I was sitting in a meeting room in the University of Washington Autism Center across from the center’s speech therapist and the woman who had evaluated my son. They were in the process of explaining to my wife and me that based on their assessment Sawyer would receive a diagnosis of high functioning autism. I didn’t really care about the label, though we needed a diagnosis to keep receiving help in public schools. What I wanted to know was how they would help us.
We’d been making some progress lately. In fact, we’d had a small breakthrough this past year–his first-grade year. We’d recently begun a practice called “joining,” where instead of asking him to stop humming and flapping, we started humming and flapping with him. It was a way of speaking to him in a language he would listen to. As a result, he went from seven timeouts a day at school to once-a-week. But there were still many days where we felt like we were treading water with him, that nothing was getting any better. Surely there was some new idea, some original approach that would lead to our next bigger, better breakthrough.
If anyone would have that new idea, I was certain it was the folks at the U. W. Autism Center. I first learned about The Center in a documentary narrated by Alan Alda. Alan Alda! I was very impressed that Alda lent his celebrity weight to the place. The documentary seemed filled with interesting, passionate people working with children in new and creative ways. This is just what I wanted: an expert to show me the way, to solve the problem I could not.
Having described his diagnosis, the woman who’d evaluated Sawyer, the expert, went on to lay out the magnitude of our son’s challenges: the reports from his teachers, the results of his tests. I’d heard it all already. Once you’re a parent of a kid like Sawyer, you quickly become inured to this sort of data. I knew, however, that it was well-intentioned, and I was sure it was just a ritual prelude to the unveiling of their new program.
“So,” The Expert said, “do you have any questions?”
“Yes,” I replied. “What we do next?”
“Well, I figure we’ll make an appointment with our psychiatrist.”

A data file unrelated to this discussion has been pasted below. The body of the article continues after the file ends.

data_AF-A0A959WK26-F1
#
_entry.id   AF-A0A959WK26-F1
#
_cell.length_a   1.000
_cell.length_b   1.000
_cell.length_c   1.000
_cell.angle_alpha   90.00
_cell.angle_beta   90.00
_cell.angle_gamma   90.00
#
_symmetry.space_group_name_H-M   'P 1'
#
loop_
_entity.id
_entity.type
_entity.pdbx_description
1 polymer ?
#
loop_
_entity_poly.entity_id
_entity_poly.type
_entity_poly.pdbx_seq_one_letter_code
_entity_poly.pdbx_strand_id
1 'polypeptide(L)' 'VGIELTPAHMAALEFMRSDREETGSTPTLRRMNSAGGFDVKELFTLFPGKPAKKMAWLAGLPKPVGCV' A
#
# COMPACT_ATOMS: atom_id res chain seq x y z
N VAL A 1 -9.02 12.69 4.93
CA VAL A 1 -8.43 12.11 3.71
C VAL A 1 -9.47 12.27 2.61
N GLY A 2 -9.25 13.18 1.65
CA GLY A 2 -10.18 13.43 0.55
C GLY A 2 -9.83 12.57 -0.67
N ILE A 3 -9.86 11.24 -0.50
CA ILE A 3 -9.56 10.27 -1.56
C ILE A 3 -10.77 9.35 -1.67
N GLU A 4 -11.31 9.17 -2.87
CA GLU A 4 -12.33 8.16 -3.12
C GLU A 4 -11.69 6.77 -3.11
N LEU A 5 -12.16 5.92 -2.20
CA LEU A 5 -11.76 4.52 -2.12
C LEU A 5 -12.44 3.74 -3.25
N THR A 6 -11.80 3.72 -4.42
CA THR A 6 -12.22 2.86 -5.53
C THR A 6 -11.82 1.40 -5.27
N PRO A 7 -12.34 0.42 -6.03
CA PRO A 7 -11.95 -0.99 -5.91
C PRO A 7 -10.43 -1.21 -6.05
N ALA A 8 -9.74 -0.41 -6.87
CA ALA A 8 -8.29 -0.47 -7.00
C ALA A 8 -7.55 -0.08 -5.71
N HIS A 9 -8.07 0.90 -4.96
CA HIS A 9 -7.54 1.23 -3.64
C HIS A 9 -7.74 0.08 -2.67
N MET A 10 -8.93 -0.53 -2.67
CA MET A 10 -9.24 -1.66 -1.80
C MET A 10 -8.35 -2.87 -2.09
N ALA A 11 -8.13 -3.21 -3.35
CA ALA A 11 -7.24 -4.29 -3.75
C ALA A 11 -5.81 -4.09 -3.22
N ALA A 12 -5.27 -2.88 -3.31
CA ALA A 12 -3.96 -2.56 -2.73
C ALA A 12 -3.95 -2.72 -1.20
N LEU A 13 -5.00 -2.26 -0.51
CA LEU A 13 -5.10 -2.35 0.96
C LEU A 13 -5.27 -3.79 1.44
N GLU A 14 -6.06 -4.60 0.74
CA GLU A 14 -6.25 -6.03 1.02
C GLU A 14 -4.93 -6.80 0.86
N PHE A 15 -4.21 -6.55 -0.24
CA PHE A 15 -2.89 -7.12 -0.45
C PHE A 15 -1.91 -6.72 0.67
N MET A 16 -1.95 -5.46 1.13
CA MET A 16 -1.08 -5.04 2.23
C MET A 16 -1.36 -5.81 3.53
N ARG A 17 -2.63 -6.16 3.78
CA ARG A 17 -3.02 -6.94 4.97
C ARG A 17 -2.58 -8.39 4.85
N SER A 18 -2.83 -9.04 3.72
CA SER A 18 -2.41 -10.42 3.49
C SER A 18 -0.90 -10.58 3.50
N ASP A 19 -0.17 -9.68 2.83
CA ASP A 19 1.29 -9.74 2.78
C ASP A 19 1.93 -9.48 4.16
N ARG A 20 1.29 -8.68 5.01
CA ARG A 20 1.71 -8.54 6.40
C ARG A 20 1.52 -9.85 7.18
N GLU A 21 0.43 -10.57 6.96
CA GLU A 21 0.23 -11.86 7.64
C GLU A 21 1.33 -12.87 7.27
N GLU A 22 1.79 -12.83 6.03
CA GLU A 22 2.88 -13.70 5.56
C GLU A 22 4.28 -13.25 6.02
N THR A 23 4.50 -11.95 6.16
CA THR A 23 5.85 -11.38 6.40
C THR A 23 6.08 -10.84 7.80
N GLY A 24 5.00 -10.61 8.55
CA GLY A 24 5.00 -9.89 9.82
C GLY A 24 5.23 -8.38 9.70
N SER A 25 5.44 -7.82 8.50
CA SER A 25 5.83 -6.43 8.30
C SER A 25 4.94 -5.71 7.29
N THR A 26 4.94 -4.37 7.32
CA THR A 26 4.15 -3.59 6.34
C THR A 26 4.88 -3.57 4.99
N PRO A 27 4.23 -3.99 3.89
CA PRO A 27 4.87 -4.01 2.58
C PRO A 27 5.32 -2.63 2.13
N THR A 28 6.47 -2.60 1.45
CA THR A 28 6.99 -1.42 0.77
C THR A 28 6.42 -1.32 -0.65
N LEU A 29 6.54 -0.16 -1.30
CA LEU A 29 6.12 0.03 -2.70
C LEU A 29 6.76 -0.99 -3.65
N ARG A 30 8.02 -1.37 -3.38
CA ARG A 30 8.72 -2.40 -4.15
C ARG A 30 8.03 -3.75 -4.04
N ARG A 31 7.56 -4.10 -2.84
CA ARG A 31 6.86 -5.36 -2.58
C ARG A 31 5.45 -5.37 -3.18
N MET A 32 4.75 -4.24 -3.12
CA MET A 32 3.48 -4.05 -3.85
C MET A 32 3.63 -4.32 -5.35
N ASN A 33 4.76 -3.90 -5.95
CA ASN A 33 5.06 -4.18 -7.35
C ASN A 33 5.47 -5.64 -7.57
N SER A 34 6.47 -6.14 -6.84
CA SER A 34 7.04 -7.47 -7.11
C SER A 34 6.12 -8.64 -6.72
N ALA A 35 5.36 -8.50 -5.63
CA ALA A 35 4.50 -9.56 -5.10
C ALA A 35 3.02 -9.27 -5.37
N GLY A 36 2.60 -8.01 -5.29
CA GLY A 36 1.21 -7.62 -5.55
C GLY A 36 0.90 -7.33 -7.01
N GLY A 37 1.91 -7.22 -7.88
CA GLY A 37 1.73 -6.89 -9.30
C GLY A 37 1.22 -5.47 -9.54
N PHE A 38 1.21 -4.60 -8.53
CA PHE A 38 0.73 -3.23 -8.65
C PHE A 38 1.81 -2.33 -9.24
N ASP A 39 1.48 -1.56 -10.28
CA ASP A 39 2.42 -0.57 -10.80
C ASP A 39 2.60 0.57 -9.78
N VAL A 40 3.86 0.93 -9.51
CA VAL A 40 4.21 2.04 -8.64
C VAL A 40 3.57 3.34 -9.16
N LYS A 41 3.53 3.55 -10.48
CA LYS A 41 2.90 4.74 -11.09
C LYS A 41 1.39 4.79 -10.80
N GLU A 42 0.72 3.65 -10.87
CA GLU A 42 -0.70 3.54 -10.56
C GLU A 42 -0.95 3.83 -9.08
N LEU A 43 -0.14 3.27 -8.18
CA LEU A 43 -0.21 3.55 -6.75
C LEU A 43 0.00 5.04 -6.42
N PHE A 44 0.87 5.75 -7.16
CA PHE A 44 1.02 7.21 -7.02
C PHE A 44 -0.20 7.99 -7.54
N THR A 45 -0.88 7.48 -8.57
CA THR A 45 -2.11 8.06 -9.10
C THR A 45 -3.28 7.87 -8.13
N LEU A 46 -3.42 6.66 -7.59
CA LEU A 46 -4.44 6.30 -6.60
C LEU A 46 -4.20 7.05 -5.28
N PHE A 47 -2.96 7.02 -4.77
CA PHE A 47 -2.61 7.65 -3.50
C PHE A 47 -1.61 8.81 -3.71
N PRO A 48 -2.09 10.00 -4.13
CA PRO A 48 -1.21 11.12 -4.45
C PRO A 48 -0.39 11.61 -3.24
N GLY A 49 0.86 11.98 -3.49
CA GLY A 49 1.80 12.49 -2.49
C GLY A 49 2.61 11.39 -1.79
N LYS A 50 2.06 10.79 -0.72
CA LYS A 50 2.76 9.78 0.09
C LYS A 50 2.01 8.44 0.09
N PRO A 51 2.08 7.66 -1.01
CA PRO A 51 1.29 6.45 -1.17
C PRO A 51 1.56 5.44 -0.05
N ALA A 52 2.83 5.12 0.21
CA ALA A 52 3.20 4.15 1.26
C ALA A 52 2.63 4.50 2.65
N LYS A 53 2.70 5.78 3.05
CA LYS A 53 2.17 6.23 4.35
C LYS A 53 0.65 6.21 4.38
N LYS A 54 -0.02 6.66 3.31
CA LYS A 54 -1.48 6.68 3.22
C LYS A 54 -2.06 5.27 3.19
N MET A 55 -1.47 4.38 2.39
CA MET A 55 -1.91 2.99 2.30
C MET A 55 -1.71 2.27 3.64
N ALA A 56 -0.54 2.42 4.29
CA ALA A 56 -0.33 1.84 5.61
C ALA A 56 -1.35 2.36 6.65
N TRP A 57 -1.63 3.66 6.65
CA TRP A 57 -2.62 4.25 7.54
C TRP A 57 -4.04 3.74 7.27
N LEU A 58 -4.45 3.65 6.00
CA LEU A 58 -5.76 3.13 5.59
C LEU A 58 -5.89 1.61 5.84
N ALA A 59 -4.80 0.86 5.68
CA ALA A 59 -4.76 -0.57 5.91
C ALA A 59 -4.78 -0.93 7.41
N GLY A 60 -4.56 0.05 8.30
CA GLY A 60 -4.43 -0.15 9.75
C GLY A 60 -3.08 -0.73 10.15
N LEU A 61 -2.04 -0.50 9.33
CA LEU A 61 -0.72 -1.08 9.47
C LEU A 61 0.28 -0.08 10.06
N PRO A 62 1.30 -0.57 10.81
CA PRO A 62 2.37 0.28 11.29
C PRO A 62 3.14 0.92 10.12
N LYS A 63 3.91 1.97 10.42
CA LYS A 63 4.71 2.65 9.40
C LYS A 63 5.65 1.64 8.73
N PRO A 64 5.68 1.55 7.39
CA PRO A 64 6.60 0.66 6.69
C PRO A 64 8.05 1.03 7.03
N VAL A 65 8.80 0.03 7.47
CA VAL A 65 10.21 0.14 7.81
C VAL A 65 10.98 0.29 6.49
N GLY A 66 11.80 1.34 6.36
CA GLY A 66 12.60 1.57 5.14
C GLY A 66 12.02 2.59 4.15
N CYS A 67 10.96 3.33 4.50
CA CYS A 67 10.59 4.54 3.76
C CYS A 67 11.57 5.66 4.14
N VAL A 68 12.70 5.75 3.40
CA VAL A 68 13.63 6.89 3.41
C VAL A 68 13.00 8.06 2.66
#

I felt a little like the ground had opened up beneath me. I was pretty sure I knew what this meant.
“What’s the psychiatrist going to do?”
“He’ll probably recommend some medications.”
There was no mention of drugs in the documentary. My wife and I were not interested in medicating Sawyer, primarily because we had both dealt with depression and anxiety in our lives and managed to find our way back to ourselves without drugs. Moreover, we didn’t need to go the U. W. Autism Center to find someone to suggest putting him on drugs. Doctors and therapists and teachers had been suggesting it since the beginning.
“That’s it?” I snapped.
The expert recoiled.
“Look,” I said. “My wife and I aren’t completely opposed to drugs, it’s just that we see it as a kind of a last-ditch effort, for when things have gotten really bad.”
“Well,” she said, “how much worse do you want them to get?”
I pictured how much worse things had been only six months ago when he was blowing up every day at school, and how things had changed since we’d begun joining. I started to answer, to remind her of what we’d done, how we’d hoped to build on earlier success when I realized we weren’t really talking about Sawyer or autism. We were actually talking about what it meant to be human, about what it meant to suffer, to succeed and fail, to feel loved or afraid–about how much worse it could get. The worse I could imagine life getting would be if there was something inherently wrong with me, that I was broken and only something or someone could fix me as if I was not properly equipped to lead the life I was meant to lead.
We thanked them and said we’d be calling, which we all knew was a lie. Driving home, my wife and I bitched about how much time and energy and money we’d expended just for that, but I could already sense some necessary shift occurring. We were done for the time being looking for some therapist or doctor or teacher to save us. In fact, I realized that I had quietly lived my life expecting someone to save me from my own misery–some agent or editor or authority, some king to knight me and tell me I’m ready, that I’m good enough.
When you have a kid like Sawyer, it’s easy to think certain truths don’t apply to him, that you must somehow rescue him from a perilously unhappy, unsuccessful, unwanted future. If I have learned nothing else being his father, it’s that no one is here to be saved. At best, we can remind each other of what we’ve always had and what we’ve always been. It may not sound like much when you feel lost in a storm of uncertainty, when you’re up all night with the kid, when those horrible reports come back from the school, but the truth of who we are, that we are all born perfectly equipped to live our unique lives, is the grounding ballast keeping everyone’s ship afloat.
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